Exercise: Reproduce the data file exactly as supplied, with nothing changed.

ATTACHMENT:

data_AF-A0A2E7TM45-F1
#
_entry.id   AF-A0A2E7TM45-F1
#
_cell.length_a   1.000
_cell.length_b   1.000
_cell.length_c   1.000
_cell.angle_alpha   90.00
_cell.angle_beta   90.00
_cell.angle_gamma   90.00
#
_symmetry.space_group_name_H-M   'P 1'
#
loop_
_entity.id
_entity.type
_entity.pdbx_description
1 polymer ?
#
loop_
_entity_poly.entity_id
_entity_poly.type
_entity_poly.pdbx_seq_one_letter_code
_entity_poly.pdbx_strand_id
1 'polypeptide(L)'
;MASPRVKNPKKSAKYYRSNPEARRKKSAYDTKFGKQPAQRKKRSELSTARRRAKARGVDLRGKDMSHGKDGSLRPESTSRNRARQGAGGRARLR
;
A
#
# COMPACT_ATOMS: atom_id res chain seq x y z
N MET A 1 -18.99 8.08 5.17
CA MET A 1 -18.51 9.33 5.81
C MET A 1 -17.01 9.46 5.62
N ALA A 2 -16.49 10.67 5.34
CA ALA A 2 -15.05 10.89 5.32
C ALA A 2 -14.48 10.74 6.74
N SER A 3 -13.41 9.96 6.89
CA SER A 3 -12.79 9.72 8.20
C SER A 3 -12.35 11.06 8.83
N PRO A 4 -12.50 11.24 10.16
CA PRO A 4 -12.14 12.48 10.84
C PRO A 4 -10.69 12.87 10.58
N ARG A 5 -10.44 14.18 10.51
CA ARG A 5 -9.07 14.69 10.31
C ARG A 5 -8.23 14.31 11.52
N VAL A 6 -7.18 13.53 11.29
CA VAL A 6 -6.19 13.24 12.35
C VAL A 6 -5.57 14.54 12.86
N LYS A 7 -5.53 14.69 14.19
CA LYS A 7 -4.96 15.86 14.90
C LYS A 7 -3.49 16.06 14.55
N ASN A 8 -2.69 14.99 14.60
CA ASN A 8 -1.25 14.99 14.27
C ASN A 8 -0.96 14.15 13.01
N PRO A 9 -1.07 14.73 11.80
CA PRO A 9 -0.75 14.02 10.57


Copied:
data_AF-A0A2E7TM45-F1
#
_entry.id   AF-A0A2E7TM45-F1
#
_cell.length_a   1.000
_cell.length_b   1.000
_cell.length_c   1.000
_cell.angle_alpha   90.00
_cell.angle_beta   90.00
_cell.angle_gamma   90.00
#
_symmetry.space_group_name_H-M   'P 1'
#
loop_
_entity.id
_entity.type
_entity.pdbx_description
1 polymer ?
#
loop_
_entity_poly.entity_id
_entity_poly.type
_entity_poly.pdbx_seq_one_letter_code
_entity_poly.pdbx_strand_id
1 'polypeptide(L)'
;MASPRVKNPKKSAKYYRSNPEARRKKSAYDTKFGKQPAQRKKRSELSTARRRAKARGVDLRGKDMSHGKDGSLRPESTSRNRARQGAGGRARLR
;
A
#
# COMPACT_ATOMS: atom_id res chain seq x y z
N MET A 1 -18.99 8.08 5.17
CA MET A 1 -18.51 9.33 5.81
C MET A 1 -17.01 9.46 5.62
N ALA A 2 -16.49 10.67 5.34
CA ALA A 2 -15.05 10.89 5.32
C ALA A 2 -14.48 10.74 6.74
N SER A 3 -13.41 9.96 6.89
CA SER A 3 -12.79 9.72 8.20
C SER A 3 -12.35 11.06 8.83
N PRO A 4 -12.50 11.24 10.16
CA PRO A 4 -12.14 12.48 10.84
C PRO A 4 -10.69 12.87 10.58
N ARG A 5 -10.44 14.18 10.51
CA ARG A 5 -9.07 14.69 10.31
C ARG A 5 -8.23 14.31 11.52
N VAL A 6 -7.18 13.53 11.29
CA VAL A 6 -6.19 13.24 12.35
C VAL A 6 -5.57 14.54 12.86
N LYS A 7 -5.53 14.69 14.19
CA LYS A 7 -4.96 15.86 14.90
C LYS A 7 -3.49 16.06 14.55
N ASN A 8 -2.69 14.99 14.60
CA ASN A 8 -1.25 14.99 14.27
C ASN A 8 -0.96 14.15 13.01
N PRO A 9 -1.07 14.73 11.80
CA PRO A 9 -0.75 14.02 10.57